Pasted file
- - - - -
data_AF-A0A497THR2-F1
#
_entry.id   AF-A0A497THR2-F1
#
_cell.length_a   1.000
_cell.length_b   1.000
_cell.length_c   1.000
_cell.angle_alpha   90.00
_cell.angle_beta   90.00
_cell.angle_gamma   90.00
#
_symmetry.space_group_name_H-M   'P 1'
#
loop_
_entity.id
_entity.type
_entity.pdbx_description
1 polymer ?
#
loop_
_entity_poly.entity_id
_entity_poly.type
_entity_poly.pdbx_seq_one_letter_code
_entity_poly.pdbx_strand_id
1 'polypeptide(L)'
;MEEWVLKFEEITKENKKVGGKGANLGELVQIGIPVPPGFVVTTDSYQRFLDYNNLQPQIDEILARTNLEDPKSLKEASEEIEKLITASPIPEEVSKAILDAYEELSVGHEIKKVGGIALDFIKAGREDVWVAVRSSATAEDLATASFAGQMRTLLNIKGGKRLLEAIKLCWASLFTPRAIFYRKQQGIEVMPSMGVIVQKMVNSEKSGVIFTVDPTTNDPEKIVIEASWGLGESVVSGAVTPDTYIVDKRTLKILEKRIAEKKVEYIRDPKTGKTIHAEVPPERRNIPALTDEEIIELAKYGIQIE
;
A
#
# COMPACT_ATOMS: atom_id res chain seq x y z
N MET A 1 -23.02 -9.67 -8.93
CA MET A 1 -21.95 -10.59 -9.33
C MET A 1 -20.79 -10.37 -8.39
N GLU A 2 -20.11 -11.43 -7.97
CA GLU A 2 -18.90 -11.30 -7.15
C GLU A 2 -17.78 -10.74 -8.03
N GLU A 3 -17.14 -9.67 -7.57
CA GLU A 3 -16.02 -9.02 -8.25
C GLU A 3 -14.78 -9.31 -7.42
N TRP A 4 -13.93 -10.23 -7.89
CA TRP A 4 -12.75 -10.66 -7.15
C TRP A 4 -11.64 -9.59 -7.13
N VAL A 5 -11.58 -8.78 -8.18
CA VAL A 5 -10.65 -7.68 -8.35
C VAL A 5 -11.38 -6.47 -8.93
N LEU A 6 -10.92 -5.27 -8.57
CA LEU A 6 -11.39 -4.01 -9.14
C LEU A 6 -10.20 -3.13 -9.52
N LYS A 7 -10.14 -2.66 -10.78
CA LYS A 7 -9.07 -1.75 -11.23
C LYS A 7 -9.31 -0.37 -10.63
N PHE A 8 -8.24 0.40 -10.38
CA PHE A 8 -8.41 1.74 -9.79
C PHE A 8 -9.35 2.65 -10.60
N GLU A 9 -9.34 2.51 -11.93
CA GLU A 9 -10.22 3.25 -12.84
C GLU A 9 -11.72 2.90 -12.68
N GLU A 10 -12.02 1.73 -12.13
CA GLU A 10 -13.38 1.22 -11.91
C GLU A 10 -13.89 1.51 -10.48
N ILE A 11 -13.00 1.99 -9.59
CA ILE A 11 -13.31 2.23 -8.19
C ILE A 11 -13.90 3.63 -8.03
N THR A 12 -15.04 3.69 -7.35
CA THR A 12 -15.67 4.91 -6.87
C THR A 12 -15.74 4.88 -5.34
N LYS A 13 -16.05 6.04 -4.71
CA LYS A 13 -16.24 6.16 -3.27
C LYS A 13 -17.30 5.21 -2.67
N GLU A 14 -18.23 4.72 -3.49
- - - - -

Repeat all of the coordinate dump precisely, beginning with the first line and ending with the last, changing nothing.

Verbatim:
data_AF-A0A497THR2-F1
#
_entry.id   AF-A0A497THR2-F1
#
_cell.length_a   1.000
_cell.length_b   1.000
_cell.length_c   1.000
_cell.angle_alpha   90.00
_cell.angle_beta   90.00
_cell.angle_gamma   90.00
#
_symmetry.space_group_name_H-M   'P 1'
#
loop_
_entity.id
_entity.type
_entity.pdbx_description
1 polymer ?
#
loop_
_entity_poly.entity_id
_entity_poly.type
_entity_poly.pdbx_seq_one_letter_code
_entity_poly.pdbx_strand_id
1 'polypeptide(L)'
;MEEWVLKFEEITKENKKVGGKGANLGELVQIGIPVPPGFVVTTDSYQRFLDYNNLQPQIDEILARTNLEDPKSLKEASEEIEKLITASPIPEEVSKAILDAYEELSVGHEIKKVGGIALDFIKAGREDVWVAVRSSATAEDLATASFAGQMRTLLNIKGGKRLLEAIKLCWASLFTPRAIFYRKQQGIEVMPSMGVIVQKMVNSEKSGVIFTVDPTTNDPEKIVIEASWGLGESVVSGAVTPDTYIVDKRTLKILEKRIAEKKVEYIRDPKTGKTIHAEVPPERRNIPALTDEEIIELAKYGIQIE
;
A
#
# COMPACT_ATOMS: atom_id res chain seq x y z
N MET A 1 -23.02 -9.67 -8.93
CA MET A 1 -21.95 -10.59 -9.33
C MET A 1 -20.79 -10.37 -8.39
N GLU A 2 -20.11 -11.43 -7.97
CA GLU A 2 -18.90 -11.30 -7.15
C GLU A 2 -17.78 -10.74 -8.03
N GLU A 3 -17.14 -9.67 -7.57
CA GLU A 3 -16.02 -9.02 -8.25
C GLU A 3 -14.78 -9.31 -7.42
N TRP A 4 -13.93 -10.23 -7.89
CA TRP A 4 -12.75 -10.66 -7.15
C TRP A 4 -11.64 -9.59 -7.13
N VAL A 5 -11.58 -8.78 -8.18
CA VAL A 5 -10.65 -7.68 -8.35
C VAL A 5 -11.38 -6.47 -8.93
N LEU A 6 -10.92 -5.27 -8.57
CA LEU A 6 -11.39 -4.01 -9.14
C LEU A 6 -10.20 -3.13 -9.52
N LYS A 7 -10.14 -2.66 -10.78
CA LYS A 7 -9.07 -1.75 -11.23
C LYS A 7 -9.31 -0.37 -10.63
N PHE A 8 -8.24 0.40 -10.38
CA PHE A 8 -8.41 1.74 -9.79
C PHE A 8 -9.35 2.65 -10.60
N GLU A 9 -9.34 2.51 -11.93
CA GLU A 9 -10.22 3.25 -12.84
C GLU A 9 -11.72 2.90 -12.68
N GLU A 10 -12.02 1.73 -12.13
CA GLU A 10 -13.38 1.22 -11.91
C GLU A 10 -13.89 1.51 -10.48
N ILE A 11 -13.00 1.99 -9.59
CA ILE A 11 -13.31 2.23 -8.19
C ILE A 11 -13.90 3.63 -8.03
N THR A 12 -15.04 3.69 -7.35
CA THR A 12 -15.67 4.91 -6.87
C THR A 12 -15.74 4.88 -5.34
N LYS A 13 -16.05 6.04 -4.71
CA LYS A 13 -16.24 6.16 -3.27
C LYS A 13 -17.30 5.21 -2.67
N GLU A 14 -18.23 4.72 -3.49